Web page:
Of course once Uncle Kojo did not perform the traditional marriage rites, Auntie Abena was entitled to divorce him, just as the law allows NCA to cancel the licenses of the unlicensed radio stations, do you get it?
Let me explain; do you remember Dr. Wireko Brobey’s Radio Eye, which sprung up somewhere in the mid 1990s? It was an unlicensed radio station, that was operating illegally, so the NCA moved in to close it down; that was a marriage that never happened. Assuming the NCA had not acted, and the Radio Eye had operated for six years, you don’t think that would have been a silent endorsement of their illegal operations?
I don’t know why you still don’t get me; I owe your company GHC500, to have been paid some five years ago, you have not asked for the money, I have also pretended that I don’t owe you, you see me every day, I see you every day, we talk to each other, we play kyakya together, sometimes you invite me to attend the outdooring of your babies, I honor your invitations, and when I come I give donations. In the meantime I still owe your company, overdue, for six years, and you are the very person who is responsible for collecting the money; what message are you sending out to me? That my indebtedness to you is now a gift, not so? Or otherwise what you are telling me is that you don’t deserve your position, is that not so?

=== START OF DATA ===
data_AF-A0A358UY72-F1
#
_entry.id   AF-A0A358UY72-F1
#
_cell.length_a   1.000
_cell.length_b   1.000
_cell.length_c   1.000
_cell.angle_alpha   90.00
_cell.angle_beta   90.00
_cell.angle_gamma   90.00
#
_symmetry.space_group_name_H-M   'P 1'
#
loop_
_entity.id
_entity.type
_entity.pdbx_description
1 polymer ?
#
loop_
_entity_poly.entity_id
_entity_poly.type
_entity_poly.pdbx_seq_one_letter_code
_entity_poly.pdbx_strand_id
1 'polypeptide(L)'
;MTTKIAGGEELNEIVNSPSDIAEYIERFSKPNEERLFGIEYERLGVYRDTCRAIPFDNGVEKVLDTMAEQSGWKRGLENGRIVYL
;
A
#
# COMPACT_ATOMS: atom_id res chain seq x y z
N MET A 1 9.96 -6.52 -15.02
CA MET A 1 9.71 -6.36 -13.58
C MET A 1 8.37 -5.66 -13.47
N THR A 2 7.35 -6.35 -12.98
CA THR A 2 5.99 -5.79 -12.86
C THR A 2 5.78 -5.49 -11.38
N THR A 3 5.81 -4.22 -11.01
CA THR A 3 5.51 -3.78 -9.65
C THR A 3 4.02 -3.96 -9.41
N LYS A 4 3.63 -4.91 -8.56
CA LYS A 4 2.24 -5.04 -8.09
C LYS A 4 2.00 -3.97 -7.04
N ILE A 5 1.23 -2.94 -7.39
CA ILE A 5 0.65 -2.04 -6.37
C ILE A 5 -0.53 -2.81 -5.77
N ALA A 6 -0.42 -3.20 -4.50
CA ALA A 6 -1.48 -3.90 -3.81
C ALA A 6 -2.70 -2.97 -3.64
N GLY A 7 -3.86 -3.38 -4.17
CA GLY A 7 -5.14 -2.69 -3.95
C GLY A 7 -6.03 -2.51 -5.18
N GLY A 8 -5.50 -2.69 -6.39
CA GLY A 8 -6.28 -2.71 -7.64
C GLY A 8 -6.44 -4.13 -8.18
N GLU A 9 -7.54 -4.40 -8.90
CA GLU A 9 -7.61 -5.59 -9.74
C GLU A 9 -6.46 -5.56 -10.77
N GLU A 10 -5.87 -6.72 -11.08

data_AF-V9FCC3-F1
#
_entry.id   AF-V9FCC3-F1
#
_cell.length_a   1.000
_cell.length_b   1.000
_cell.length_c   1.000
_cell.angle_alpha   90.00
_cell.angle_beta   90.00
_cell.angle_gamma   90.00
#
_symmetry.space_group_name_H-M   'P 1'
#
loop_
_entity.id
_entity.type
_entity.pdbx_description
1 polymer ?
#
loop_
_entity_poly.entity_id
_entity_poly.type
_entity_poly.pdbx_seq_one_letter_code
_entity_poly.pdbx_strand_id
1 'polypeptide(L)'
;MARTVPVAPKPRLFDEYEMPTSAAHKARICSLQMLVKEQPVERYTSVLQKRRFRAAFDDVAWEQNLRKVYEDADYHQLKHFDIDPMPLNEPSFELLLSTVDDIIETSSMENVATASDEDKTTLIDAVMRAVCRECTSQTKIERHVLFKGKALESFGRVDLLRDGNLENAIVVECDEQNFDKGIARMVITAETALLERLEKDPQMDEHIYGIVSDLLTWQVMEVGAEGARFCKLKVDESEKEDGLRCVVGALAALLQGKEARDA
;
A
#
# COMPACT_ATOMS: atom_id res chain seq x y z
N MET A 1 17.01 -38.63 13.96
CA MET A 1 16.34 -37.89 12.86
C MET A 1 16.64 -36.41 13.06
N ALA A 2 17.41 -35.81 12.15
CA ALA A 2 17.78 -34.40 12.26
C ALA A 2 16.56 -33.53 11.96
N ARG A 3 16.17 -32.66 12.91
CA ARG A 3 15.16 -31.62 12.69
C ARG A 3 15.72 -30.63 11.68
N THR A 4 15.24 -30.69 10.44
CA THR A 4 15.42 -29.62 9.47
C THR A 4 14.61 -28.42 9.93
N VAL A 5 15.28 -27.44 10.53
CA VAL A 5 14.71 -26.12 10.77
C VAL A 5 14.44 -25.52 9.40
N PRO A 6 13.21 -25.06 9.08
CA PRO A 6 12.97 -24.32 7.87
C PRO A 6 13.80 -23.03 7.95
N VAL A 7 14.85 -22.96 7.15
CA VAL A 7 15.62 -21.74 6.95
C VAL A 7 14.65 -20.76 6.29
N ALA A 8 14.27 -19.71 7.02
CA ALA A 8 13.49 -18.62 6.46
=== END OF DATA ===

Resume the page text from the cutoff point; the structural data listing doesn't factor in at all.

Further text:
The validity of a radio authorization is supposed to be five years. Some of these sanctioned radio stations have had their licenses expired for as long as 17 years. And NCA is a regulator with several state-of-the-art offices, with several staff who pride themselves to be qualified to do the job, and drawing their salaries, how did it happen that they failed in their own duties for nearly two decades, to monitor, to collect the overdue license fees, and to apply the sanctions?
You see, that is exactly what I never liked about Auntie Abena; she was either too lazy, or, ‘tafletse’, too incompetent, to have waited for that long, to ask for her due bride price. Most probably she did not deserve her position as a maiden wife, or she was one of those family marriages where women were married off regardless of their suitability, like the kinds of cronyism that is being practiced in our public sectors in recent years, do you now get my point, or you still don’t?
I will explain again, this time listen; do you think if you were a responsible citizen, and you truly deserved your position, and there was nothing psychologically wrong with your thought processes, do you think you would refuse to collect monies which are due your company, the same monies that should have been used to pay your salaries, the same salaries that feeds your wife and children, would you neglect your duty for seventeen years, and still have the fear of God to stay at post?
You watched the stations you have licensed to break the law, for seventeen years, you are the person who is supposed to have stopped the law from being broken, you sat there, watching, as the law got broken, and you rose suddenly, from your slumber, to inflict all the cumulative punishments on him, all at once, in a day, and you want to look good in the eyes of all of us?
So yes, while commending the new management at the NCA, for seeking to enforce the laws, is it not expected, that, several of the Directors of the institution should have, first, been dismissed, for sleeping over their jobs, then thereafter the affected radio stations would have been invited for negotiations, on what the way forward should be? You cannot sleep over your job, and wake up to your pay, no way!
James Kofi Annan